FAYETTEVILLE, N.C. — How does a 36-year-old former Golden Gloves boxer stay in shape when on the road?
“I try to work out when I get the chance,” said Lanod Westmoreland. “I carry a 55-pound dumbbell and some rubber ropes (for resistance training) and a dip bar. I run sometimes around the truck stop, far enough to get the heartbeat raised.”
Westmoreland isn’t boxing anymore, but he still trains for the ring, and the results are obvious. He’s the first-place winner in the men’s division of the Fit to Pass Fittest Driver Push-up Challenge, having racked up an incredible 125 pushups in a single set during the contest.
Physical fitness was instilled in Westmoreland by his father, a career military man who brought his family along to multiple assignments.
“I’ve always been into sports and athletics. I boxed in high school and college as an amateur, and Golden Gloves in Hawaii,” he said, adding that he even considered a shot at the Olympics, but other plans took precedence.
Westmoreland started driving trucks in 2018 after his own stint in the military.
“After I got my associate degree, I joined the Air Force as an intelligence analyst,” he said. “We dealt with drones overseas, but they were controlled from here in the U.S.”
Following four years in the Air Force, Westmoreland’s employer changed but his efforts to support the military didn’t.
“After the Air Force, I worked for a civilian contractor. I went to Afghanistan as a tactical controller,” he said, noting that he worked overseas for four years.
Needing a break from military matters after eight years, Westmoreland found warehouse work — but it was the trucks and drivers coming to the warehouse that caught his attention.
“I kept seeing these trucks come in and out,” he explained. “I thought, ‘I can do that.’”
Currently employed by J&R Schugel Trucking, based in New Ulm, Minnesota, Westmoreland hauls refrigerated and dry loads.
“Reefer is kind of laid back, but appointment times are important,” he said.
Westmoreland generally stays on the road two weeks to a month at a time.
“We haul all 48, but most of the time I run Florida, East Coast to Midwest,” he said.
While working in the Air Force, Westmoreland continued his education, earning a Bachelor of Applied Science degree in digital cinematography and computer networking from Full Sail University in Winter Park, Florida. He then founded JusNod Productions, where he could combine his talents and education to produce music and videos.
“Music has always been a hobby,” he said. “My brother plays trumpet, and we performed together at some events.”
Westmoreland plays keyboard instruments, including piano, and sings — a little, he said.
“I carry a microphone and keyboard in the truck and work with them sometimes, writing songs or creating beats in R&B and Hip Hop,” he explained. I’m very creative.”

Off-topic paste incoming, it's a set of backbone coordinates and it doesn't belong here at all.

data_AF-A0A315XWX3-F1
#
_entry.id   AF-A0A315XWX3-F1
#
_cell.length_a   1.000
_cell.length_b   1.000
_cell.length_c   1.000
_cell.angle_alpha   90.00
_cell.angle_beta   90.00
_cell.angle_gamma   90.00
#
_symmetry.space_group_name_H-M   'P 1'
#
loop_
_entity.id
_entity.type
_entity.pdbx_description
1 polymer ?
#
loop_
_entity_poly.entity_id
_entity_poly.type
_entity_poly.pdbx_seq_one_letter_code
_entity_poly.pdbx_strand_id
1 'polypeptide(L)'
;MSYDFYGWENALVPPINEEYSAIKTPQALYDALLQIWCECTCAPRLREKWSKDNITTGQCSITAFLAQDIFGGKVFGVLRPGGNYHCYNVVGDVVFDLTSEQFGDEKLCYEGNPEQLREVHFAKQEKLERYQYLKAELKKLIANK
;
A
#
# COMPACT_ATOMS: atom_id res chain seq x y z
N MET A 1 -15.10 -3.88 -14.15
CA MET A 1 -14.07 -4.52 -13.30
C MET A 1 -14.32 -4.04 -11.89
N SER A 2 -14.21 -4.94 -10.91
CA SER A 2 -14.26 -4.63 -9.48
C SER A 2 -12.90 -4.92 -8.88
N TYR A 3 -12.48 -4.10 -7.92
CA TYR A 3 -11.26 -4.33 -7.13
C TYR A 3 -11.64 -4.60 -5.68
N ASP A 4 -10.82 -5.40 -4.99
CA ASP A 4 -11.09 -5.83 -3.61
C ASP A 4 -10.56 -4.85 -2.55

His production company has been on hold for a few years, but Westmoreland said he plans to get it going again.
“I’d like to start it back up,” he said. It’s kind of a dream I have.”
While he enjoys creating music, he said, “My real interest is in using my cinematography education to produce short stories and films. That’s what I’d like to do.”
Producing videos isn’t Westmoreland’s only dream.
“I’ve been thinking about starting something fitness-related, specifically for drivers,” he explained. “Maybe some tips every week on how to eat right on the road. It’s so hard to eat healthy with the choices at truck stops.”
To help keep his own diet healthy, Westmoreland said he depends on stops at Walmart to obtain fresh foods and ingredients for balanced meals. He also takes a daily protein supplement.
Another dream involves physical fitness and helping younger people.
“I’d like to open up a boxing gym and work with youth as a coach or mentor,” he said. Trucking is a way to earn a living while he works toward his longer-term goals.
“Trucking is something to keep in my back pocket,” he said. “It’s like insurance when I need it.”
Westmoreland credits his faith as an anchor for both his driving and his dreams.
“First and foremost, I thank God for keeping me safe and getting me home to my family,” he said.
His advice to fellow drivers? “Take it one day at a time so you’ll finish the race.”
Wherever the road takes Lanod Westmoreland, you can be sure he’s staying in shape — and bringing his dreams along for the ride.
Other winners in the men’s division of the contest include:
Second place: Kenneth Johnson of Tampa, Florida, 81 reps
Prize: Yeti cooler provided by Michelin
Third place: Oleg Poleacovschi of Citrus Heights, California, 78 reps
Prize: One month of CDL meals by Fresh n’ Lean
Fourth place: Craig Skiba of Houston Texas, 77 reps
Prize: Road Pro cooler and water bottle
Fifth place: Igor Pavlyukh of Houston, Texas, 71 reps
Prize: Solar charged battery backup by Transflo
To read more about the winner in the women’s division, click here.
The Fittest Driver Push-up Contest, presented by Fit to Pass and The Trucker, was designed to test the strength and conditioning of professional drivers and get them on the road to better health. The virtual online event challenged drivers to perform as many push-ups as they could in one uninterrupted set. There were separate divisions for men and women, and prizes were awarded to the top five finishers in each division. To read a note from Bob Perry, The Trucker Trainer, click here.
Cliff Abbott is an experienced commercial vehicle driver and owner-operator who still holds a CDL in his home state of Alabama. In nearly 40 years in trucking, he’s been an instructor and trainer and has managed safety and recruiting operations for several carriers. Having never lost his love of the road, Cliff has written a book and hundreds of songs and has been writing for The Trucker for more than a decade.